Hooboy, this one was a stinker. Directed by Zoltan G. Spencer (nee Spence Crilly), The Satanist is a B&W horror nudie (a kind of subset/cousin of the genre of nudie cuties that Brandon has been writing about of late) that was released in 1968 and was thought to be irretrievably lost after its last screening in 1971; film archivists generally agree that only five prints of the film were ever made, and the single surviving print was unearthed only a year ago. It has been screened only two or three times since then, including at the Forgotten Film Festival in Philadelphia last summer, and most recently at the Alamo Ritz for the Halloween season. Unfortunately, of all the missing films out there in the world that are begging to be found, this is one whose discovery doesn’t enrich the world all that much.
The plot follows a writer who has recently experienced a nervous break and is, under orders from his doctor, trying to get some stress-free rest in the country with his beautiful wife, Mary. In short order, the two meet their neighbor Shawna, a “student of the occult” whose home is decorated with “numerous” “arcane” objects. The writer sees an apparition of a topless woman in a mirror, but does not share this with his wife, chalking it up to his nervous exhaustion. Later, he returns to Shawna’s home and spies through her window as she feels up another woman before turning into a man and engaging in softcore intercourse with her. His wife catches Shawna attempting some rite with his glasses (topless, of course), and the two decide to leave, but feel obligated to attend a party that Shawna had invited them to before they discovered her witchy ways. Obviously, this is a bacchanal during which the writer is tied up and forced to watch as Mary becomes the bride of Satan, as each man in attendance dons a ridiculous-looking ram’s head and thrusts vainly in the general direction of her nethers. The film then ends with the writer back in the frame story, where he sits in a wheelchair stating that it is up to you, the viewer, to determine whether or not his experience was real or the result of his mental breakdown. Of course, his doctor sure does look an awful lot like Shawna, doesn’t she?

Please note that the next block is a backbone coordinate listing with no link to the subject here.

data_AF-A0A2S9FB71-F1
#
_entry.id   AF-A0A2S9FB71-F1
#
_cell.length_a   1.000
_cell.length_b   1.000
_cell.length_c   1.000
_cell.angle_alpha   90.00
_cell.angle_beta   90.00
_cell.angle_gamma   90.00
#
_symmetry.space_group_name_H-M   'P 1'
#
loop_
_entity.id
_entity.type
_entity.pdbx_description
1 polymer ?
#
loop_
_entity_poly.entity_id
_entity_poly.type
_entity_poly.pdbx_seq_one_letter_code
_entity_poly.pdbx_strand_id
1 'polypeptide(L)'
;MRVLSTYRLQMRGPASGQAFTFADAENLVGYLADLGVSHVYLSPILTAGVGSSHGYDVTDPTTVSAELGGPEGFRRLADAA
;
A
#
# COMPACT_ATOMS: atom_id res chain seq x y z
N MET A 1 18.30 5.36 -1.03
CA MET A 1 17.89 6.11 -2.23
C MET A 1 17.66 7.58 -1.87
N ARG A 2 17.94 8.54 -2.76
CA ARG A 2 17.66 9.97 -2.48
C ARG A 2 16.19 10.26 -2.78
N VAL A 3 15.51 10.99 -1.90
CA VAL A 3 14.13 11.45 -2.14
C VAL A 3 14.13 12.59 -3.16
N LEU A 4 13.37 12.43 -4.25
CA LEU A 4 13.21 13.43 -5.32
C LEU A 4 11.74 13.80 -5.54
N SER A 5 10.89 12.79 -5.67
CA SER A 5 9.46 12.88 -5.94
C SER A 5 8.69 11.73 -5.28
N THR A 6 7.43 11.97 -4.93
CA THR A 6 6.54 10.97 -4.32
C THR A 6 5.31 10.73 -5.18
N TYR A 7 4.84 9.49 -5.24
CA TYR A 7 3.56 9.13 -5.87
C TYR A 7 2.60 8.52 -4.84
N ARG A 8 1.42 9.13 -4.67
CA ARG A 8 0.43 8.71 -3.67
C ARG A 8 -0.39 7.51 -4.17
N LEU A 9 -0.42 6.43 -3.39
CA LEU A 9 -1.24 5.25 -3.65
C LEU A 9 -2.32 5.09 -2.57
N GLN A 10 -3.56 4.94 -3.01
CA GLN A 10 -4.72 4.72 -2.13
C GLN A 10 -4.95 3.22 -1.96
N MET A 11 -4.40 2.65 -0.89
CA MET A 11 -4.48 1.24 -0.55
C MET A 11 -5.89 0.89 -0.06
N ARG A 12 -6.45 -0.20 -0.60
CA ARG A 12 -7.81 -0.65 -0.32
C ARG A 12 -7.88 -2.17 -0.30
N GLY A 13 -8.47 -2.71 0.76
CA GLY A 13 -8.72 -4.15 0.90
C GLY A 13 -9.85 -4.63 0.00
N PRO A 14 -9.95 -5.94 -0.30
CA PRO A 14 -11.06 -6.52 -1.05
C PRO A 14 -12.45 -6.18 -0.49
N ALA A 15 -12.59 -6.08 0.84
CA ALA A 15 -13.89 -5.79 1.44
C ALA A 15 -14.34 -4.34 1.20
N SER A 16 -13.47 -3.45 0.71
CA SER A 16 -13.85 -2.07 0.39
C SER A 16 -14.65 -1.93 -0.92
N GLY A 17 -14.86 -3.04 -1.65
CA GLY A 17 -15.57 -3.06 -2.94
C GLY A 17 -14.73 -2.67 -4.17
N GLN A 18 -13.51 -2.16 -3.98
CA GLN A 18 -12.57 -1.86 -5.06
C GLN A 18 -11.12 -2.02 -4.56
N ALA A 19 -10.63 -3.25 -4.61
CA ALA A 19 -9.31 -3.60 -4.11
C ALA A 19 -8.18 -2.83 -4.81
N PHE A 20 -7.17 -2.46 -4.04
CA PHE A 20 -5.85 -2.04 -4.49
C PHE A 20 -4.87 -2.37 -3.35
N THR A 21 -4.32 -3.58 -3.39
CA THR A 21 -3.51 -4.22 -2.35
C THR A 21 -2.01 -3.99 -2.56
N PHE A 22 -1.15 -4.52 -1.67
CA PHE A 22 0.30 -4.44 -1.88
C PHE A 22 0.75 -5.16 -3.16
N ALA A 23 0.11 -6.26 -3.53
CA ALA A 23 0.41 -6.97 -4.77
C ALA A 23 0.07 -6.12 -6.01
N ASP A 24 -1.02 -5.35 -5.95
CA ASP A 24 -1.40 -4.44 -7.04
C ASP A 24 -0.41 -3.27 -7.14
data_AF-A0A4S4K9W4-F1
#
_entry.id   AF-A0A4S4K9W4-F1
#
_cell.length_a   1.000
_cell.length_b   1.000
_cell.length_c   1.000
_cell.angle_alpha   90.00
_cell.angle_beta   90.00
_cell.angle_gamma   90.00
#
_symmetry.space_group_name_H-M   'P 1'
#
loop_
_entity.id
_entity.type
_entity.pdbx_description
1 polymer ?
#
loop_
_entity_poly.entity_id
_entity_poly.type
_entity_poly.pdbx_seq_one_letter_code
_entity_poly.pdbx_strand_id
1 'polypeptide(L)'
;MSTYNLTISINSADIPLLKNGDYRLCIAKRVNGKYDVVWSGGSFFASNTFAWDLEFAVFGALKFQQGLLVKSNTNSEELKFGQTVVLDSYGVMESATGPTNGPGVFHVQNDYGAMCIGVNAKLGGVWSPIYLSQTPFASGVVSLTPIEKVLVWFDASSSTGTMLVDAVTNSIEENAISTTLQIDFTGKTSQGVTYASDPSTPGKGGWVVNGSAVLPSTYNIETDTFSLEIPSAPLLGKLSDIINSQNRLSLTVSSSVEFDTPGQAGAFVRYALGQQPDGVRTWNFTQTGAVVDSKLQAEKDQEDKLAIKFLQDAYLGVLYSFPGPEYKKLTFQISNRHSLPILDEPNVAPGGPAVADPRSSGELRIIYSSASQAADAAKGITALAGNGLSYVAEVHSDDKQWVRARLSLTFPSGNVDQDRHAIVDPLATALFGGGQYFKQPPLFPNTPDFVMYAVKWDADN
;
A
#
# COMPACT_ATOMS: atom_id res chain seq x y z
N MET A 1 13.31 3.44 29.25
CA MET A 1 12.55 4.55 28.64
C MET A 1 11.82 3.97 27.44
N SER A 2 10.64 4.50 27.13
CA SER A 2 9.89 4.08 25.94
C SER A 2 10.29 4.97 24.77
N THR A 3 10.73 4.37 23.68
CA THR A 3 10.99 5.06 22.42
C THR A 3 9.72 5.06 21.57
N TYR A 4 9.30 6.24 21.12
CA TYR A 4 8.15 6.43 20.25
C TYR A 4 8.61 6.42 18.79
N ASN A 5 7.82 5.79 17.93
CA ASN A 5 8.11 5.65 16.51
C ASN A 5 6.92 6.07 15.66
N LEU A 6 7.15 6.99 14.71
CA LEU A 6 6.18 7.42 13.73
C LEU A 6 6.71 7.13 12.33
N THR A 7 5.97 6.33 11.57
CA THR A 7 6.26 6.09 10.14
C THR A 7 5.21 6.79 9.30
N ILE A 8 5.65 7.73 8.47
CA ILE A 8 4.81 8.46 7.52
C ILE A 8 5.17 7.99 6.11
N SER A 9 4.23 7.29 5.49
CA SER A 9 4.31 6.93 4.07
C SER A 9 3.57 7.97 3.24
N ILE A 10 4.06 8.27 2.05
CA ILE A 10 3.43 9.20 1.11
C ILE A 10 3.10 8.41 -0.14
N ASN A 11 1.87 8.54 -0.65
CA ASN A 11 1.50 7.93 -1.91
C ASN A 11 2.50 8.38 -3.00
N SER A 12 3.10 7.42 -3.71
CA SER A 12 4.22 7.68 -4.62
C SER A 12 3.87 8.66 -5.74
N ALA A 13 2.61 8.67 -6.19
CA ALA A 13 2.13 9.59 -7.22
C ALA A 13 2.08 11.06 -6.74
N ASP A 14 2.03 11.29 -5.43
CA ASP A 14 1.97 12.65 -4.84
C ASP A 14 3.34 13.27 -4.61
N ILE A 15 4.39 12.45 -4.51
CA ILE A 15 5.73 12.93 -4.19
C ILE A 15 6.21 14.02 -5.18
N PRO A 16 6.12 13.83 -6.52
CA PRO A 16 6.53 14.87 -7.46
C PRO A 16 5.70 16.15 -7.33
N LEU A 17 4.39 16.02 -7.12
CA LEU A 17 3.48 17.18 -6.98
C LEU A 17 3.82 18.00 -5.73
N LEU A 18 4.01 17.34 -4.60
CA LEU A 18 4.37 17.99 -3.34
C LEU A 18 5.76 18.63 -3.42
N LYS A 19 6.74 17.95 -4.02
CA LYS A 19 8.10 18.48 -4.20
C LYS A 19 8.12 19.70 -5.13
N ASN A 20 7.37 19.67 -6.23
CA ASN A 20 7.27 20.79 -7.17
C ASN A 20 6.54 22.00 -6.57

There is nothing that could save this movie, not even an ending that mocks The Cabinet of Dr. Caligari. At only 64 minutes, this movie feels as if it is hours long, and there’s nothing to do for long stretches of it while topless women roll around in relative chastity with hairy, mustachioed men. There’s no exchange of dialogue at all in the film, as all lines are delivered by the writer in voiceover, expositing here and explaining there, and any fun that comes from the film is in the pompous verbosity and overwrought delivery. Even the titles for the director’s later works, like Terror at Orgy Castle and Sister in Leather, are more automatically engaging than this film. There are monologues here that are begging to be sampled and looped, but that does not make up for the long stretches of screentime that are devoted to titillation. Even as an esoteric, forgotten piece of cinema, this is one to avoid.
-Mark “Boomer” Redmond